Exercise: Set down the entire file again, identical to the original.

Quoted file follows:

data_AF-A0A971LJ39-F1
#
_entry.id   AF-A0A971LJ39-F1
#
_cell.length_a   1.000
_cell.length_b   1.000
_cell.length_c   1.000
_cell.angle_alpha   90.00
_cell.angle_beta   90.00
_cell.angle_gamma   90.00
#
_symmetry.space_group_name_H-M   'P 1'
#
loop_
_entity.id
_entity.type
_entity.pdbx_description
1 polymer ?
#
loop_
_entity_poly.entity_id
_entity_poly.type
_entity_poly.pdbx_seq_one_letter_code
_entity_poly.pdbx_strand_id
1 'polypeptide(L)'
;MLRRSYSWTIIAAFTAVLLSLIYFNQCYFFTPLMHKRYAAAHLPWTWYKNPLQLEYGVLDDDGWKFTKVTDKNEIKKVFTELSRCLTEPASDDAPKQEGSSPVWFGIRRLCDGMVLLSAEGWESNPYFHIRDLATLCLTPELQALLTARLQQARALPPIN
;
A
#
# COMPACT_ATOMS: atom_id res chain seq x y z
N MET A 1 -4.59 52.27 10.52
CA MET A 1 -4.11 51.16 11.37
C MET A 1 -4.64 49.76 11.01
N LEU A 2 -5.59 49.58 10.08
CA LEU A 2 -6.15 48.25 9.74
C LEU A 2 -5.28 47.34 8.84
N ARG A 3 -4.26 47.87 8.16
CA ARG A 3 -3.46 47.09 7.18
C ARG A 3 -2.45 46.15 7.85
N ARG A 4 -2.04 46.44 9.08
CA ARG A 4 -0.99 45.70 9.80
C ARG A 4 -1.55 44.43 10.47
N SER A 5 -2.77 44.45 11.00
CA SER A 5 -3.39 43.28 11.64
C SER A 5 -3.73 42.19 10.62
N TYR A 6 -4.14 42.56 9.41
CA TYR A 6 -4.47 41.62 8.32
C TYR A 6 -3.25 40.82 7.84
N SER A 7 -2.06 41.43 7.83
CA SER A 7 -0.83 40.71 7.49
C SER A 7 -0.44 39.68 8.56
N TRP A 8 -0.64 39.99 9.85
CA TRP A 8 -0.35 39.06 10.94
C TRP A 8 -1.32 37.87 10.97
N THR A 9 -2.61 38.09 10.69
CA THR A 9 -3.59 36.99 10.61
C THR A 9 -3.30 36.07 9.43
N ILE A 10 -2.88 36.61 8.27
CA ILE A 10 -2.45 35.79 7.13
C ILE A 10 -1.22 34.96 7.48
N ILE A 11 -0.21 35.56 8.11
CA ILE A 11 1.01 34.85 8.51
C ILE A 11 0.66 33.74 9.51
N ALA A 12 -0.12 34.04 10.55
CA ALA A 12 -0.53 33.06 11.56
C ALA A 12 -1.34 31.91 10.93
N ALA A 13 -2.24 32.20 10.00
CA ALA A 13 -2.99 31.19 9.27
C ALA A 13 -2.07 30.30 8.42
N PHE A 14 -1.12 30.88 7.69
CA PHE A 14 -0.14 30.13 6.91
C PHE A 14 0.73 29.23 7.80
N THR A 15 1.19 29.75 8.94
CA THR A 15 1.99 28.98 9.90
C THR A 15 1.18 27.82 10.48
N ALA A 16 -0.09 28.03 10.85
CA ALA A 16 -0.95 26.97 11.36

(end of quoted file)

data_AF-A0A971LJ39-F1
#
_entry.id   AF-A0A971LJ39-F1
#
_cell.length_a   1.000
_cell.length_b   1.000
_cell.length_c   1.000
_cell.angle_alpha   90.00
_cell.angle_beta   90.00
_cell.angle_gamma   90.00
#
_symmetry.space_group_name_H-M   'P 1'
#
loop_
_entity.id
_entity.type
_entity.pdbx_description
1 polymer ?
#
loop_
_entity_poly.entity_id
_entity_poly.type
_entity_poly.pdbx_seq_one_letter_code
_entity_poly.pdbx_strand_id
1 'polypeptide(L)'
;MLRRSYSWTIIAAFTAVLLSLIYFNQCYFFTPLMHKRYAAAHLPWTWYKNPLQLEYGVLDDDGWKFTKVTDKNEIKKVFTELSRCLTEPASDDAPKQEGSSPVWFGIRRLCDGMVLLSAEGWESNPYFHIRDLATLCLTPELQALLTARLQQARALPPIN
;
A
#
# COMPACT_ATOMS: atom_id res chain seq x y z
N MET A 1 -4.59 52.27 10.52
CA MET A 1 -4.11 51.16 11.37
C MET A 1 -4.64 49.76 11.01
N LEU A 2 -5.59 49.58 10.08
CA LEU A 2 -6.15 48.25 9.74
C LEU A 2 -5.28 47.34 8.84
N ARG A 3 -4.26 47.87 8.16
CA ARG A 3 -3.46 47.09 7.18
C ARG A 3 -2.45 46.15 7.85
N ARG A 4 -2.04 46.44 9.08
CA ARG A 4 -0.99 45.70 9.80
C ARG A 4 -1.55 44.43 10.47
N SER A 5 -2.77 44.45 11.00
CA SER A 5 -3.39 43.28 11.64
C SER A 5 -3.73 42.19 10.62
N TYR A 6 -4.14 42.56 9.41
CA TYR A 6 -4.47 41.62 8.32
C TYR A 6 -3.25 40.82 7.84
N SER A 7 -2.06 41.43 7.83
CA SER A 7 -0.83 40.71 7.49
C SER A 7 -0.44 39.68 8.56
N TRP A 8 -0.64 39.99 9.85
CA TRP A 8 -0.35 39.06 10.94
C TRP A 8 -1.32 37.87 10.97
N THR A 9 -2.61 38.09 10.69
CA THR A 9 -3.59 36.99 10.61
C THR A 9 -3.30 36.07 9.43
N ILE A 10 -2.88 36.61 8.27
CA ILE A 10 -2.45 35.79 7.13
C ILE A 10 -1.22 34.96 7.48
N ILE A 11 -0.21 35.56 8.11
CA ILE A 11 1.01 34.85 8.51
C ILE A 11 0.66 33.74 9.51
N ALA A 12 -0.12 34.04 10.55
CA ALA A 12 -0.53 33.06 11.56
C ALA A 12 -1.34 31.91 10.93
N ALA A 13 -2.24 32.20 10.00
CA ALA A 13 -2.99 31.19 9.27
C ALA A 13 -2.07 30.30 8.42
N PHE A 14 -1.12 30.88 7.69
CA PHE A 14 -0.14 30.13 6.91
C PHE A 14 0.73 29.23 7.80
N THR A 15 1.19 29.75 8.94
CA THR A 15 1.99 28.98 9.90
C THR A 15 1.18 27.82 10.48
N ALA A 16 -0.09 28.03 10.85
CA ALA A 16 -0.95 26.97 11.36